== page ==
IMPACT OF THE FIRST IMPLEMENTATION OF A DEFERRED PROSECUTION AGREEMENT (DPA)
A highly significant judgment was handed down at Southwark Crown Court on 30 November 2015. It was the very first time, since being introduced in February 2014, an English court had been asked to consider and approve a Deferred Prosecution Agreement (DPA).
The judgment was warmly welcomed by the director of the SFO who described it as a “landmark”, and said that it would “serve as a template for future agreements”. The DPA was entered into by ICBC Standard Bank, though it is fair to say that the events leading to it took place before ICBC acquired its controlling stake in Standard Bank. This was not Standard Bank’s first brush with authority. As recently as January 2014, the Financial Conduct Authority fined them £7.64m in respect of failings in their money laundering compliance. The DPA also related to compliance failures, but this time in respect of failing to prevent bribery, and this was somewhat more costly. The amount paid on this occasion was $25m.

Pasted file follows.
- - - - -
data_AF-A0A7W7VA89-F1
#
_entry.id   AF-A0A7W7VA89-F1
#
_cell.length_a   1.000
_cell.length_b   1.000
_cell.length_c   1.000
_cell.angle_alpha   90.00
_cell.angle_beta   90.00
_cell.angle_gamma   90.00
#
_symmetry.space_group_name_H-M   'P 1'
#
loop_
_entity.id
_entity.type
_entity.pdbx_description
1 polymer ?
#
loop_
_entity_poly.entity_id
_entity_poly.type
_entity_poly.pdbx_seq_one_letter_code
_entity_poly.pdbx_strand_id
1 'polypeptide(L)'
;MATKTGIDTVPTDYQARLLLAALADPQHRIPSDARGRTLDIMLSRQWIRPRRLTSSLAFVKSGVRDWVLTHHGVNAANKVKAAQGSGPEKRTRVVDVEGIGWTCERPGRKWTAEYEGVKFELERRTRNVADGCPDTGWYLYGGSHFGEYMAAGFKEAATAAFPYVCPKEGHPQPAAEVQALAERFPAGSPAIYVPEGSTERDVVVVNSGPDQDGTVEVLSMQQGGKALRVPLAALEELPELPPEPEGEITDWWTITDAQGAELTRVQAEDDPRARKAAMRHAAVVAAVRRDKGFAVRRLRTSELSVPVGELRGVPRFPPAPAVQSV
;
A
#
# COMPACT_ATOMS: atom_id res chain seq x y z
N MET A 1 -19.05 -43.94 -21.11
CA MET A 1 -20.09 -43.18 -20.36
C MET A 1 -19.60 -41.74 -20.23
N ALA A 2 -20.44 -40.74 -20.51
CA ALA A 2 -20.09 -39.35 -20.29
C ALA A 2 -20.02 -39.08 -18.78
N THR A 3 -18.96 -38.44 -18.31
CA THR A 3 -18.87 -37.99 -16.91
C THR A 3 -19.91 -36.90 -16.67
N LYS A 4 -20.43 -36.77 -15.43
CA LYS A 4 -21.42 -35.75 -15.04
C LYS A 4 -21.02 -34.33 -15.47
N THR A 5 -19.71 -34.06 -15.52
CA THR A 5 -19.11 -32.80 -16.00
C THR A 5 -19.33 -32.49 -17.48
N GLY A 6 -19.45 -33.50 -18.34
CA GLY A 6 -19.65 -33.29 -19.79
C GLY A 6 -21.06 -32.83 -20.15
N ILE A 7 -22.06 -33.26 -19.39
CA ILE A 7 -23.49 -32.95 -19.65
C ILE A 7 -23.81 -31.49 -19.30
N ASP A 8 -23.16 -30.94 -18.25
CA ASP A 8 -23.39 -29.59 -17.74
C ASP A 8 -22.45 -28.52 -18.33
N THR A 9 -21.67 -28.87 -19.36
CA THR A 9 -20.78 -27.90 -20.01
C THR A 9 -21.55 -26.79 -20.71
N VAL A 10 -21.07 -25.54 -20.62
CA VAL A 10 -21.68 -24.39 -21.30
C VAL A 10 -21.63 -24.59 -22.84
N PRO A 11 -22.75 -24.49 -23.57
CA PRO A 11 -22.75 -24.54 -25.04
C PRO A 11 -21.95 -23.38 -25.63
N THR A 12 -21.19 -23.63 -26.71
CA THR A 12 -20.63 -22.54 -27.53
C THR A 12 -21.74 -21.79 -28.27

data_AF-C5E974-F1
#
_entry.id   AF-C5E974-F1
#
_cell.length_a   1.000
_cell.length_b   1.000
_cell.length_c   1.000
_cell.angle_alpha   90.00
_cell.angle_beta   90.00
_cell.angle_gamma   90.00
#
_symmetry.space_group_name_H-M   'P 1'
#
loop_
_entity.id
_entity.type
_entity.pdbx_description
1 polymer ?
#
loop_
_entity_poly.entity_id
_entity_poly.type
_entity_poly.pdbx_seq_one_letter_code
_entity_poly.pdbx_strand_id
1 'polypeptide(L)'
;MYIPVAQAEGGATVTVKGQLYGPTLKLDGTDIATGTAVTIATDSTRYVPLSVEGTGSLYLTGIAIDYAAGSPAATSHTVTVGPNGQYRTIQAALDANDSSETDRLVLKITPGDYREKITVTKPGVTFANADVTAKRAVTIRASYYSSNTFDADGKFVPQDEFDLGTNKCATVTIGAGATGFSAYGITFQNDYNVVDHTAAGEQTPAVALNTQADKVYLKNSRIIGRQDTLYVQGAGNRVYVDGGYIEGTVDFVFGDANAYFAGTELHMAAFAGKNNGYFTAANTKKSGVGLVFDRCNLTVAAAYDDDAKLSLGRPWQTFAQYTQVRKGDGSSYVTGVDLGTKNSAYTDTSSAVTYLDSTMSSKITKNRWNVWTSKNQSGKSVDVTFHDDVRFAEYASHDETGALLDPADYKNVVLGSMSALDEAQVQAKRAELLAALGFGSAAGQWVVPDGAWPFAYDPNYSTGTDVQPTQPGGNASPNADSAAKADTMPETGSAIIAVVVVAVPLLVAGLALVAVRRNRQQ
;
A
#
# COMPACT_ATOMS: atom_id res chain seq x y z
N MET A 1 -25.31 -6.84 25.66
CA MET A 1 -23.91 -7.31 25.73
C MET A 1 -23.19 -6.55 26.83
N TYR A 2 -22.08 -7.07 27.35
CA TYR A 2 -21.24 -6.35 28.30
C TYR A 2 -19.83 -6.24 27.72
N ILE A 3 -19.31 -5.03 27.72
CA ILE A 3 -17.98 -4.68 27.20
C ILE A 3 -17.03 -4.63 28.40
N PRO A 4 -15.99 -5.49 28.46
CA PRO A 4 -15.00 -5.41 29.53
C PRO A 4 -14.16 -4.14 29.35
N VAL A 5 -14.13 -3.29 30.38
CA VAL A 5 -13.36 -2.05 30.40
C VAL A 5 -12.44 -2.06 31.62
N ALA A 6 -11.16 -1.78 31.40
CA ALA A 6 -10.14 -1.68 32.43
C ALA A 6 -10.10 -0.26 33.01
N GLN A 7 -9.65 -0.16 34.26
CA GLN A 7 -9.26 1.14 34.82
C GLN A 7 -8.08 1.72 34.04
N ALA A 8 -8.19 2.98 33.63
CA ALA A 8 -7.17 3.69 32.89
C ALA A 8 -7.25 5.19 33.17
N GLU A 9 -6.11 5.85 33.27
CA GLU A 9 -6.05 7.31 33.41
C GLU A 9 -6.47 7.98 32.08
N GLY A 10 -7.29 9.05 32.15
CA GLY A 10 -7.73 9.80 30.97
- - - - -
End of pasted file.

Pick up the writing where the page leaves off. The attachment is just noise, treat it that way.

A DPA has been an effective tool of US law enforcement for more than 20 years, but there are important distinctions between a US DPA and the UK model. In the US a DPA can, and often does, emerge from negotiations between the prosecution and defence attorneys, and it is available to individuals as well as corporations. In the UK, DPAs are only available to corporations, and it is an invitation only event. It applies to a limited range of offences, being those committed under the Bribery Act, the Fraud Act, the Theft Act, money laundering offences, some company law offences and some of the offences created by the Financial Services and Markets Act.
An invitation to a DPA will be offered where the prosecution take the view that there is sufficient evidence to provide a realistic prospect of conviction, or there would be in a reasonable period of time if further enquiries were made, and, that it is in the public interest to offer a DPA rather than to prosecute.
Apr-Jun 2016 issue